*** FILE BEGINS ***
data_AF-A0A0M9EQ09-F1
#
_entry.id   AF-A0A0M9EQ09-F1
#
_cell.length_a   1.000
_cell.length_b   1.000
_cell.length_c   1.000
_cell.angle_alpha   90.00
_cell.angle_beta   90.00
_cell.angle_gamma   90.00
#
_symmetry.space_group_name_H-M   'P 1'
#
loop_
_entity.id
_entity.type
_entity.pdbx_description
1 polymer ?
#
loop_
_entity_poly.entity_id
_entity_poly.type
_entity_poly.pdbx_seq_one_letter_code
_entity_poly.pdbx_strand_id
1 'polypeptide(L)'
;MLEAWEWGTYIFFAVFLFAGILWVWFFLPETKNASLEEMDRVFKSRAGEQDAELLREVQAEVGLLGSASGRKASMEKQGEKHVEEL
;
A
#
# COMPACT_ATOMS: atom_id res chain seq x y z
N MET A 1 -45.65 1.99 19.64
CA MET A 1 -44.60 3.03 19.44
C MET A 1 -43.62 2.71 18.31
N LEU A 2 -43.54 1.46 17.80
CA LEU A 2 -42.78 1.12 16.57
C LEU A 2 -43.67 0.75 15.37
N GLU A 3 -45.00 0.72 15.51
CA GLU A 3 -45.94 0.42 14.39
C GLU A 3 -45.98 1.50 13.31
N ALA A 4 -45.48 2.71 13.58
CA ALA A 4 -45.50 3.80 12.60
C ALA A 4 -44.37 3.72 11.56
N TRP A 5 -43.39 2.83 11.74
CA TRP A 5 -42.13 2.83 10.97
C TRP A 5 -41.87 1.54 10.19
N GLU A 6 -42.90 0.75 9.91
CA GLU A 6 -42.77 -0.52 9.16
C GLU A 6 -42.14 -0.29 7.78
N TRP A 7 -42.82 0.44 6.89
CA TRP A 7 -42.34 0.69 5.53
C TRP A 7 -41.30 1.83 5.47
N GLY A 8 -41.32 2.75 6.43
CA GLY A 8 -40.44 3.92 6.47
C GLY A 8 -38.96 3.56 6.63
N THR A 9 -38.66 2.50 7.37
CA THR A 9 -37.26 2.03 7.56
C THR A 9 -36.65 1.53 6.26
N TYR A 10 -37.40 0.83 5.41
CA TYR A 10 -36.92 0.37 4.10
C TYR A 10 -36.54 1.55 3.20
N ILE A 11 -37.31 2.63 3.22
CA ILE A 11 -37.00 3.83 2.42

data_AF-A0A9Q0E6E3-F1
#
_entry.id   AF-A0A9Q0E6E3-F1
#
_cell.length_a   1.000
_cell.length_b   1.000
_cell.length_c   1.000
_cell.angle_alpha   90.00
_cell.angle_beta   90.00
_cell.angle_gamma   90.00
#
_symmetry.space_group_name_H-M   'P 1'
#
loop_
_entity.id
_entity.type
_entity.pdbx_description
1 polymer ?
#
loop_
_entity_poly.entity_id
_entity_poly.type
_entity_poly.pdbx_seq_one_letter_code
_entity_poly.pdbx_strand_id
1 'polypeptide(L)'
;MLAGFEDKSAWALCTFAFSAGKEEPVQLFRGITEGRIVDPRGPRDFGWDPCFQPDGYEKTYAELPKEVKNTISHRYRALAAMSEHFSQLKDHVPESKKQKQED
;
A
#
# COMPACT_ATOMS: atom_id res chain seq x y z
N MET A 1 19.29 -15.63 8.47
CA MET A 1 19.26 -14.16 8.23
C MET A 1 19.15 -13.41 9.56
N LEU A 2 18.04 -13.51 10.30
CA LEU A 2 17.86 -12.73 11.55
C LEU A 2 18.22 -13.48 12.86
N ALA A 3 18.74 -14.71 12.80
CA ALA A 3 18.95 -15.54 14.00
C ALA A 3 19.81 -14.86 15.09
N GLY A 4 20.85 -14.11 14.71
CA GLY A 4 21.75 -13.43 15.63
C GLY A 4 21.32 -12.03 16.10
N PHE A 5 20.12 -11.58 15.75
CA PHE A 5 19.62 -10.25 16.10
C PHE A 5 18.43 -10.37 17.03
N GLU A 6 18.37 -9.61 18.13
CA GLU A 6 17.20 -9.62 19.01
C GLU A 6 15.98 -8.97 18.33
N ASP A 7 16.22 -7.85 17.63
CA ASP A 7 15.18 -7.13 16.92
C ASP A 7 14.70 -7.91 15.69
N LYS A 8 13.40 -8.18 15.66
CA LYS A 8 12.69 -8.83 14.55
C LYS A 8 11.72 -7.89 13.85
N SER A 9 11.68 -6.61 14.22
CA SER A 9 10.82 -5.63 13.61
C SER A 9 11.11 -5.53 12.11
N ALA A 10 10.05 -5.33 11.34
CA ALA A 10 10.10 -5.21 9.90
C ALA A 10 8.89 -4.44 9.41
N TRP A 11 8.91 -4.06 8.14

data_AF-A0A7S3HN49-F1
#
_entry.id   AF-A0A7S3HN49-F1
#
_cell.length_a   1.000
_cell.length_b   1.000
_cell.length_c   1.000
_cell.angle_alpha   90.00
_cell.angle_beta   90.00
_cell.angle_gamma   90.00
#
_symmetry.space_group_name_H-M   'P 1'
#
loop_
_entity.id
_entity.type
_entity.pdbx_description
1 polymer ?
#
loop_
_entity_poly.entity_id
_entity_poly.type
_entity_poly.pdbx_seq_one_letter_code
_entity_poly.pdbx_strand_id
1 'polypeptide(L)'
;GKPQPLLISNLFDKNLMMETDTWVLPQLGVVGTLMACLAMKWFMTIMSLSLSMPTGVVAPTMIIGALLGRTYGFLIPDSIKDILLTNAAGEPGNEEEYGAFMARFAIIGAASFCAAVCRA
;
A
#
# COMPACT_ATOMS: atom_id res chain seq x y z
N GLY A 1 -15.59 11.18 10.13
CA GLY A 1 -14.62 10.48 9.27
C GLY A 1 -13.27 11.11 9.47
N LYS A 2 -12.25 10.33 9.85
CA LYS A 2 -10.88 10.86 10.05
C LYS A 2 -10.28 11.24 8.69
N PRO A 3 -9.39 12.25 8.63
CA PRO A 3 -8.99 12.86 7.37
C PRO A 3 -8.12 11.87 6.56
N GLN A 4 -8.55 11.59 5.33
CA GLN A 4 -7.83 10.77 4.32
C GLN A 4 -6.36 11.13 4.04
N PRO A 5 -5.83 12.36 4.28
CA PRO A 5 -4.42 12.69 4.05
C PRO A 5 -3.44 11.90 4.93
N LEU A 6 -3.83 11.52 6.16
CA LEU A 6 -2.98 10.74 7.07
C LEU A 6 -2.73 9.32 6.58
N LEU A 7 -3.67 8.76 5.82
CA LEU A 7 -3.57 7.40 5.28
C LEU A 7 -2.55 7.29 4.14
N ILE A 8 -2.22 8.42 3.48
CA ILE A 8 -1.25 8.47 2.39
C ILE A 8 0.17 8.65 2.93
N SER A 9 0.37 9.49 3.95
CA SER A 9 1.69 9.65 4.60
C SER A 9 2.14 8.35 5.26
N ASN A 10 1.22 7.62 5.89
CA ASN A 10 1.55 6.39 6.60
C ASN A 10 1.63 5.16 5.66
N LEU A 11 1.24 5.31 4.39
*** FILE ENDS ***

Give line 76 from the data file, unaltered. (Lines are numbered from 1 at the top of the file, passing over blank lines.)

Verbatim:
loop_